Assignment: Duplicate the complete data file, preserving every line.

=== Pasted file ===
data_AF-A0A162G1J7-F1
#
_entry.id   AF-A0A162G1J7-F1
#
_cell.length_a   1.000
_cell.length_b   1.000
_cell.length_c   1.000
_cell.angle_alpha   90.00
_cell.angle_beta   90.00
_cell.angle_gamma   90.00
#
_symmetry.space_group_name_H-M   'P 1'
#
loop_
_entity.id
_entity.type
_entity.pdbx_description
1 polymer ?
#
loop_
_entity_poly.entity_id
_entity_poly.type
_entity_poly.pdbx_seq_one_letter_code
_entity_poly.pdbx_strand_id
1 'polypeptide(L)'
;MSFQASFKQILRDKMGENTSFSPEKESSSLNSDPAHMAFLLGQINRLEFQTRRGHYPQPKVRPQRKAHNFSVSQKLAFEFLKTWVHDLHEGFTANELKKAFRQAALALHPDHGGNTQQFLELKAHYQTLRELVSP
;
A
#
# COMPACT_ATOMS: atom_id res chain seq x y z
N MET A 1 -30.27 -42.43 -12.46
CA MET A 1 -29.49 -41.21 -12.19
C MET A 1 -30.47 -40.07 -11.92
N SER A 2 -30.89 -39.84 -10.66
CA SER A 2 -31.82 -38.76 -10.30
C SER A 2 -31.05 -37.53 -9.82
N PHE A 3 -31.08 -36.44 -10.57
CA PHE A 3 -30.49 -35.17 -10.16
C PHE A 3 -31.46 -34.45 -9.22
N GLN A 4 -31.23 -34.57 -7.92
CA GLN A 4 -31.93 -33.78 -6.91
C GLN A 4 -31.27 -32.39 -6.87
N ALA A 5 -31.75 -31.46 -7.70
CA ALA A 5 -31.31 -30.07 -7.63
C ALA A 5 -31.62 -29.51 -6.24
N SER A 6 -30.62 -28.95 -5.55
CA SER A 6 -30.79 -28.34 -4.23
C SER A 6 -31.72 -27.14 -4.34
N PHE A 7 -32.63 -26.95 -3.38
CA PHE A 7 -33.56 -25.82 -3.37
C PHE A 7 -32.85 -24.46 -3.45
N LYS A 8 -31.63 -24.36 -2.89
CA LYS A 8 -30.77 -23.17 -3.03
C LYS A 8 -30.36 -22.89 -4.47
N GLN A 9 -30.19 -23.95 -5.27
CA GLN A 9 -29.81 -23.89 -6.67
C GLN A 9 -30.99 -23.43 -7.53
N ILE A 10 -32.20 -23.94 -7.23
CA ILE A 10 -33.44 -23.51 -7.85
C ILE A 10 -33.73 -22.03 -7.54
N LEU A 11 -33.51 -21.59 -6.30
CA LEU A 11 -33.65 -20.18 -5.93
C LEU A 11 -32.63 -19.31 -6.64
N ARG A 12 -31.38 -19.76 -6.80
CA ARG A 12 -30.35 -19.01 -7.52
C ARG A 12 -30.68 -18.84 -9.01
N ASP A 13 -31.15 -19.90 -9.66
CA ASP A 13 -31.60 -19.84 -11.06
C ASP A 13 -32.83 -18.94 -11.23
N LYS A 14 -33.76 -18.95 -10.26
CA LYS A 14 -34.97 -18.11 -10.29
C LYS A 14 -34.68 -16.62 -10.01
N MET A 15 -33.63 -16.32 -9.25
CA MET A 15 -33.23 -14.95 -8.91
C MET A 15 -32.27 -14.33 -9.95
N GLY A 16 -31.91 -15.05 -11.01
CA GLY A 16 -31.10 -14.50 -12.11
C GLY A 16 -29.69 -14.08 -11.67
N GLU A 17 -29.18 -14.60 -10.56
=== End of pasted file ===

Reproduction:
data_AF-A0A162G1J7-F1
#
_entry.id   AF-A0A162G1J7-F1
#
_cell.length_a   1.000
_cell.length_b   1.000
_cell.length_c   1.000
_cell.angle_alpha   90.00
_cell.angle_beta   90.00
_cell.angle_gamma   90.00
#
_symmetry.space_group_name_H-M   'P 1'
#
loop_
_entity.id
_entity.type
_entity.pdbx_description
1 polymer ?
#
loop_
_entity_poly.entity_id
_entity_poly.type
_entity_poly.pdbx_seq_one_letter_code
_entity_poly.pdbx_strand_id
1 'polypeptide(L)'
;MSFQASFKQILRDKMGENTSFSPEKESSSLNSDPAHMAFLLGQINRLEFQTRRGHYPQPKVRPQRKAHNFSVSQKLAFEFLKTWVHDLHEGFTANELKKAFRQAALALHPDHGGNTQQFLELKAHYQTLRELVSP
;
A
#
# COMPACT_ATOMS: atom_id res chain seq x y z
N MET A 1 -30.27 -42.43 -12.46
CA MET A 1 -29.49 -41.21 -12.19
C MET A 1 -30.47 -40.07 -11.92
N SER A 2 -30.89 -39.84 -10.66
CA SER A 2 -31.82 -38.76 -10.30
C SER A 2 -31.05 -37.53 -9.82
N PHE A 3 -31.08 -36.44 -10.57
CA PHE A 3 -30.49 -35.17 -10.16
C PHE A 3 -31.46 -34.45 -9.22
N GLN A 4 -31.23 -34.57 -7.92
CA GLN A 4 -31.93 -33.78 -6.91
C GLN A 4 -31.27 -32.39 -6.87
N ALA A 5 -31.75 -31.46 -7.70
CA ALA A 5 -31.31 -30.07 -7.63
C ALA A 5 -31.62 -29.51 -6.24
N SER A 6 -30.62 -28.95 -5.55
CA SER A 6 -30.79 -28.34 -4.23
C SER A 6 -31.72 -27.14 -4.34
N PHE A 7 -32.63 -26.95 -3.38
CA PHE A 7 -33.56 -25.82 -3.37
C PHE A 7 -32.85 -24.46 -3.45
N LYS A 8 -31.63 -24.36 -2.89
CA LYS A 8 -30.77 -23.17 -3.03
C LYS A 8 -30.36 -22.89 -4.47
N GLN A 9 -30.19 -23.95 -5.27
CA GLN A 9 -29.81 -23.89 -6.67
C GLN A 9 -30.99 -23.43 -7.53
N ILE A 10 -32.20 -23.94 -7.23
CA ILE A 10 -33.44 -23.51 -7.85
C ILE A 10 -33.73 -22.03 -7.54
N LEU A 11 -33.51 -21.59 -6.30
CA LEU A 11 -33.65 -20.18 -5.93
C LEU A 11 -32.63 -19.31 -6.64
N ARG A 12 -31.38 -19.76 -6.80
CA ARG A 12 -30.35 -19.01 -7.52
C ARG A 12 -30.68 -18.84 -9.01
N ASP A 13 -31.15 -19.90 -9.66
CA ASP A 13 -31.60 -19.84 -11.06
C ASP A 13 -32.83 -18.94 -11.23
N LYS A 14 -33.76 -18.95 -10.26
CA LYS A 14 -34.97 -18.11 -10.29
C LYS A 14 -34.68 -16.62 -10.01
N MET A 15 -33.63 -16.32 -9.25
CA MET A 15 -33.23 -14.95 -8.91
C MET A 15 -32.27 -14.33 -9.95
N GLY A 16 -31.91 -15.05 -11.01
CA GLY A 16 -31.10 -14.50 -12.11
C GLY A 16 -29.69 -14.08 -11.67
N GLU A 17 -29.18 -14.60 -10.56